5 key questions coming out of spring

For Tennessee to return to championship-level play, the Vols must improve in several areas. They must be better at running the ball and stopping the run. They must find play makers at receiver. They must shore up the secondary. And they must find a replacement for kicker James Wilhoit.

Tennessee coach Phillip Fulmer was encouraged by many of the things he saw during 15 spring practices. But he knows there is work to be done for a team that couldn't hold 10-point second-half leads against Florida and LSU last year, wasn't physical enough against Arkansas and played without pizzaz against Penn State.

Here is a look at five key questions coming out of spring practice:

HOW MUCH IMPROVEMENT DID THE OFFENSIVE LINE SHOW?

Quite a bit. The Vols ran the ball much better during the spring, but their ability to convert short-yardage situations remains a mystery.

Chris Scott has apparently found a home at left tackle, but he won't be as effective as Jacobs Award winner Arron Sears. Eric Young is solid at right tackle, although Young and Scott could switch spots. Young has All-SEC potential, according to UT coaches. Same for center Josh McNeil.

Guards Anthony Parker and Ramon Foster are good enough.

Line coach Greg Adkins also believes guard Jacques McClendon, Ramone Johnson and Steve Jones can help – if not start. Center Michael Frogg was an early starter last season and Vlad Richard, moved from defense, has a chance to play.

That gives Tennessee more depth than it's had in years.

DID ANY RECEIVERS EMERGE?

Not really. Receivers coach Trooper Taylor said Quintin Hancock, Lucas Taylor and Austin Rogers – 11 combined catches in the spring game – could play now.

But Fulmer said the Vols are in dire need of dynamic play makers at wideout.

``It's very difficult to lose a first-rounder,'' Fulmer said of Robert Meachem. ``That's hard to replace. We don't have anyone with the dynamics to be a difference-maker in the SEC.''

And he said several newcomers – like junior college transfer Kenny O'Neal – will have a chance to break into the lineup in the fall.

Hancock appears to be the best play maker now.

``He comes closest to making the tough catch of anyone we've got and he's capable of running by you,'' Fulmer said.

This might be the most pedestrian group of receivers UT has had in years. If that's the case, UT's run game becomes that much more important.

DID ANY DEFENSIVE LINEMEN EMERGE?

Yes, and that's a good sign. Demonte Bolden, who suffered a neck injury in the spring game, Dan Williams and J.T. Mapu are all much better than last fall. Mapu struggled last season coming off a two-year Mormon mission but he has All-SEC ability.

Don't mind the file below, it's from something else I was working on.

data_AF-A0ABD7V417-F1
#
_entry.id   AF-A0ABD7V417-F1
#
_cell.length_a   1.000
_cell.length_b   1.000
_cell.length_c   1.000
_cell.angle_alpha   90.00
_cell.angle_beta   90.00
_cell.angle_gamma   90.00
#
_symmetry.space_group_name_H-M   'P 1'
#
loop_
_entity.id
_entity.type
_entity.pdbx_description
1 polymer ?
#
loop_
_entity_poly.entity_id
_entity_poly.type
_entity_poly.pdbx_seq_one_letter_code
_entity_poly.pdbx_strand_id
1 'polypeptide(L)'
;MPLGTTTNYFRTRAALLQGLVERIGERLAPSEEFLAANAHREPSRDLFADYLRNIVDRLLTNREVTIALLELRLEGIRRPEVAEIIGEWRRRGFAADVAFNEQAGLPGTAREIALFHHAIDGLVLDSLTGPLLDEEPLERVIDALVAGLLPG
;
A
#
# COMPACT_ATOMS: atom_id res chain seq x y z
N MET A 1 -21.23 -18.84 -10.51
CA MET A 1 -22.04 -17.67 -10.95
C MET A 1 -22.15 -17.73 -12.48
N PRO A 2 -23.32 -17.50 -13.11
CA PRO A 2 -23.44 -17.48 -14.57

The bad sign: The Vols don't have much depth at defensive tackle, one reason they experimented more with the 3-4 alignment.

Walter Fisher (shoulder problems), Chase Nelson (undersized at 256), true freshman Donald Langley and redshirt freshman Victor Thomas must make strides to provide adequate depth.

Chavis really likes defensive ends Antonio Reynolds and Xavier Mitchell.

DID THE SECONDARY FILL SOME HOLES?

Absolutely. Marsalous Johnson was the most improved defensive player during the spring. Antonio Gaines emerged as a starting cornerback. And Jarod Parrish came out of nowhere to record four interceptions in the last two Saturdays.

``Parrish is an amazing story,'' Fulmer said of the fifth-year senior who has played in 10 games.

Parrish reminded Fulmer of a former UT All-American. In 1985, Chris White had been a career backup before an injury opened the door for him to start. He made three interceptions in his first game and led the nation with 10.

Parrish, who said he's battled injuries throughout his career, isn't blessed with great ability, but he is smart.

Jonathan Hefney is the best free safety in the SEC, if not the nation.

Roshaun Fellows, a former Freshman All-American, Ricardo Kemp and Antonio Wardlow battled for playing time.

While the secondary improved, Fulmer noted that UT signed two junior college defensive backs, and ``you don't sign junior college players unless you expect them to come in and start.''

The competition should be heated in August.

DID THE NO-HUDDLE OFFENSE SHOW SIGNS OF EFFICIENCY?

Yes it did. Before his knee injury, Ainge was having a ``fantastic'' spring, according to Fulmer.

The no-huddle will allow Tennessee to find some mismatches – one of David Cutcliffe's strengths – and hurry the pace, if necessary.

UT can also run out of the no-huddle. The one concern: Does the no-huddle cause your linemen to block with more finesse, thus making it harder to convert short-yardage situations?

We won't know the answer to that until September.

It was disappointing that Jonathan Crompton didn't take advantage of Ainge's absence to advance his case as a potential SEC starter. Nick Stephens has a good arm, but throws too many interceptions.

Fulmer liked much of the progress UT made in the spring, but he knows much more must be accomplished in the offseason for the Vols to be a SEC title team.

``I think it'll be a fun team to coach,'' Fulmer said. ``But right now, if we took 70 to Cal (for the season opener) I don't know if we could fill up the plane.''


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